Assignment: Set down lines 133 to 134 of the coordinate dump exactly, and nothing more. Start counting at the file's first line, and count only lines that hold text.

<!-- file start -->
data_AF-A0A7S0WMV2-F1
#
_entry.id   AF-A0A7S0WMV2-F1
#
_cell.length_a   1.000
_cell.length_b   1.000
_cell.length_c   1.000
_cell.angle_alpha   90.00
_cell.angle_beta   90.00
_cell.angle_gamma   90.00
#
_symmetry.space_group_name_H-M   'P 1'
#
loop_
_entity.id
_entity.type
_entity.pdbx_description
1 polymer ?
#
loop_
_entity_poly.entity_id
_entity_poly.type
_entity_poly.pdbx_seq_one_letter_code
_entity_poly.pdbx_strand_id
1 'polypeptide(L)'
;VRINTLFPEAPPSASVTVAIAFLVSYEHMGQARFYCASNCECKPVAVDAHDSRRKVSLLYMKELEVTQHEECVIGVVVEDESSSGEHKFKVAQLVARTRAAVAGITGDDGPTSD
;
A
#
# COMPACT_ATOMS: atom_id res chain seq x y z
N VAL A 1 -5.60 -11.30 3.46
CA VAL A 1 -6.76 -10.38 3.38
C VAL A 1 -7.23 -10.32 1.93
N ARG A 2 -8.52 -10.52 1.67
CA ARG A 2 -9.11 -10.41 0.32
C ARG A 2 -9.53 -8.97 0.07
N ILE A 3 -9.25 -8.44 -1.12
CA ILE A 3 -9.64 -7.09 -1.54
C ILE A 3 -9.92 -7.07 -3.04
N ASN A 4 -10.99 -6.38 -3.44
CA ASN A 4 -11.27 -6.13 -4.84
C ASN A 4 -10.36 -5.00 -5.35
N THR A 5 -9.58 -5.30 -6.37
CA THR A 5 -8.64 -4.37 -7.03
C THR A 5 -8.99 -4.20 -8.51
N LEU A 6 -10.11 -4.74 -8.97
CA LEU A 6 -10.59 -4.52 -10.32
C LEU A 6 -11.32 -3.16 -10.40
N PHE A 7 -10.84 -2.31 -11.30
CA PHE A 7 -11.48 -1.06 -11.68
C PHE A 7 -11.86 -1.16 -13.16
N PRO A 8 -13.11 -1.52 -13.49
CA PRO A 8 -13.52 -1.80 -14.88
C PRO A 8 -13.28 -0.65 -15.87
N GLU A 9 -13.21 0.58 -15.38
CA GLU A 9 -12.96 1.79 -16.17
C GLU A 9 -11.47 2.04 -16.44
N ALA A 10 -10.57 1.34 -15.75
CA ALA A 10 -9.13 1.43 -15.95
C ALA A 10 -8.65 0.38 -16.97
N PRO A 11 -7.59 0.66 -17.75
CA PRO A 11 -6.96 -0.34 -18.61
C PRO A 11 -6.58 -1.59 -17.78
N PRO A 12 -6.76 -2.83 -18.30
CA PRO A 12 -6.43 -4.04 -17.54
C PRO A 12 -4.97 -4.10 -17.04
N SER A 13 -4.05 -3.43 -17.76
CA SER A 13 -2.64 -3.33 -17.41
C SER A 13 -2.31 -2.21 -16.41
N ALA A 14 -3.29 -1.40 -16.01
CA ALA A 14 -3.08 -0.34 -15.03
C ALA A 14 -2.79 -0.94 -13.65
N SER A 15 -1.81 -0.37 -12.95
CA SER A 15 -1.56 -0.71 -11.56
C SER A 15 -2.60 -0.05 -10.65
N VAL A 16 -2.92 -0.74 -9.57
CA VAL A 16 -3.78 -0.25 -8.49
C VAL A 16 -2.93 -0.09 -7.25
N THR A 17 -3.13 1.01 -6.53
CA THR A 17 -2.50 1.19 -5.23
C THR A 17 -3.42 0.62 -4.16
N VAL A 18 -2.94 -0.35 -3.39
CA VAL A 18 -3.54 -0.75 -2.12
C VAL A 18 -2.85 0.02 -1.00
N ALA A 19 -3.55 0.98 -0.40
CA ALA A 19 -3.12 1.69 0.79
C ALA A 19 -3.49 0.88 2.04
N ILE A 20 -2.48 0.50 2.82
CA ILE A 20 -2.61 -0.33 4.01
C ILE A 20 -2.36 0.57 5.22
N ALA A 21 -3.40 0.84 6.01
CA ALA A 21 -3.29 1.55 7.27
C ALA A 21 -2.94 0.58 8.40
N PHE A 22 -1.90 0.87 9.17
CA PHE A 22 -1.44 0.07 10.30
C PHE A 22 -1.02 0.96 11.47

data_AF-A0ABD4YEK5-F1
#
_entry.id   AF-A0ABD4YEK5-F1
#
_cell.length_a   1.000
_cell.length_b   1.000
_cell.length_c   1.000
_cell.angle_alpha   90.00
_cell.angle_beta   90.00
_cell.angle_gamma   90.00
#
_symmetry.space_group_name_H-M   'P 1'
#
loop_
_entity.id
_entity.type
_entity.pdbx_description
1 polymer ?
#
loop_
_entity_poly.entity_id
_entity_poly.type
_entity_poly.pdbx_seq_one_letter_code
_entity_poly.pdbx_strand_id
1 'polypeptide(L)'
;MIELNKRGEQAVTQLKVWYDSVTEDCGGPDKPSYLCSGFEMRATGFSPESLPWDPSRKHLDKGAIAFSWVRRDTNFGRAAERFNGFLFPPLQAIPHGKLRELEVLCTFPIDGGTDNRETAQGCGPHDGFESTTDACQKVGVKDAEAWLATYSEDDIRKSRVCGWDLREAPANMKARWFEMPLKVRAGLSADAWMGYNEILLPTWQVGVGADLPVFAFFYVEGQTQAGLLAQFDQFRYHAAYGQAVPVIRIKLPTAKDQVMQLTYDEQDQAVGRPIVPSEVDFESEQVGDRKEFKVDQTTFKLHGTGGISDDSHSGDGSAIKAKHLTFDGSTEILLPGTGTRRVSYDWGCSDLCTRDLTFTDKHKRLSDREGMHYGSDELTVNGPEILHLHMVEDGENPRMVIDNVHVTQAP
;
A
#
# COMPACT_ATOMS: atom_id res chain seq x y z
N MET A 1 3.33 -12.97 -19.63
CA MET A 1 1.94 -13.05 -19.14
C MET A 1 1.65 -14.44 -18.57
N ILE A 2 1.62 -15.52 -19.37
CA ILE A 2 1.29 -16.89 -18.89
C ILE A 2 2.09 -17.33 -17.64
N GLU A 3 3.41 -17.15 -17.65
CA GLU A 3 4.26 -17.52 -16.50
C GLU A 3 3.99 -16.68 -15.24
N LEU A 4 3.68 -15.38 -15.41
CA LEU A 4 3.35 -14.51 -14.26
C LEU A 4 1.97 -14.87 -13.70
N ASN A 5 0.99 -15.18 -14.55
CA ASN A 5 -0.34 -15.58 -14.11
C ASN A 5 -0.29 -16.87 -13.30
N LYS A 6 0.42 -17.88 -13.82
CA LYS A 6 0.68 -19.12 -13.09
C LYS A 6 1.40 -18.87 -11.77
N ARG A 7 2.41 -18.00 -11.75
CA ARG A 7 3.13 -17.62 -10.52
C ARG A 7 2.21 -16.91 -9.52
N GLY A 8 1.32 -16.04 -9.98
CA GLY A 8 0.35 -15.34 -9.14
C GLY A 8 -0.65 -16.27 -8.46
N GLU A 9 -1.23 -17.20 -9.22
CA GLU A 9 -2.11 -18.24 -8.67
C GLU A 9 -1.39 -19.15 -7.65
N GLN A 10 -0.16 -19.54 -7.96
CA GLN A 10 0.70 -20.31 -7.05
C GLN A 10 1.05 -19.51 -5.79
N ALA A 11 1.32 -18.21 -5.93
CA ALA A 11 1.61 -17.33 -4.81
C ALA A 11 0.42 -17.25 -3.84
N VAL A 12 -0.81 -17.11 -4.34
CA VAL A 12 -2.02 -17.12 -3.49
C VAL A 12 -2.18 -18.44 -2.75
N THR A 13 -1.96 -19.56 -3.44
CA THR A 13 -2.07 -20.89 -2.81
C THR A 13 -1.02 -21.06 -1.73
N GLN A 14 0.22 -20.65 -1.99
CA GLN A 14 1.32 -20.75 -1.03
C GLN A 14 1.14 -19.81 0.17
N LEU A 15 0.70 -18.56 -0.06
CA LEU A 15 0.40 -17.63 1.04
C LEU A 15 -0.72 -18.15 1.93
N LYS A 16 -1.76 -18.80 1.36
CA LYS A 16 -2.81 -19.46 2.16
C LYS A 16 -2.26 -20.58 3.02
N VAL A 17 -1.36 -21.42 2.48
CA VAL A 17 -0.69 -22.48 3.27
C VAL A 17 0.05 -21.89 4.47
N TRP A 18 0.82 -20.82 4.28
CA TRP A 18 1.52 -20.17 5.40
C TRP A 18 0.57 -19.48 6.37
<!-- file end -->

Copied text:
N GLU A 3 3.41 -17.15 -17.65
CA GLU A 3 4.26 -17.52 -16.50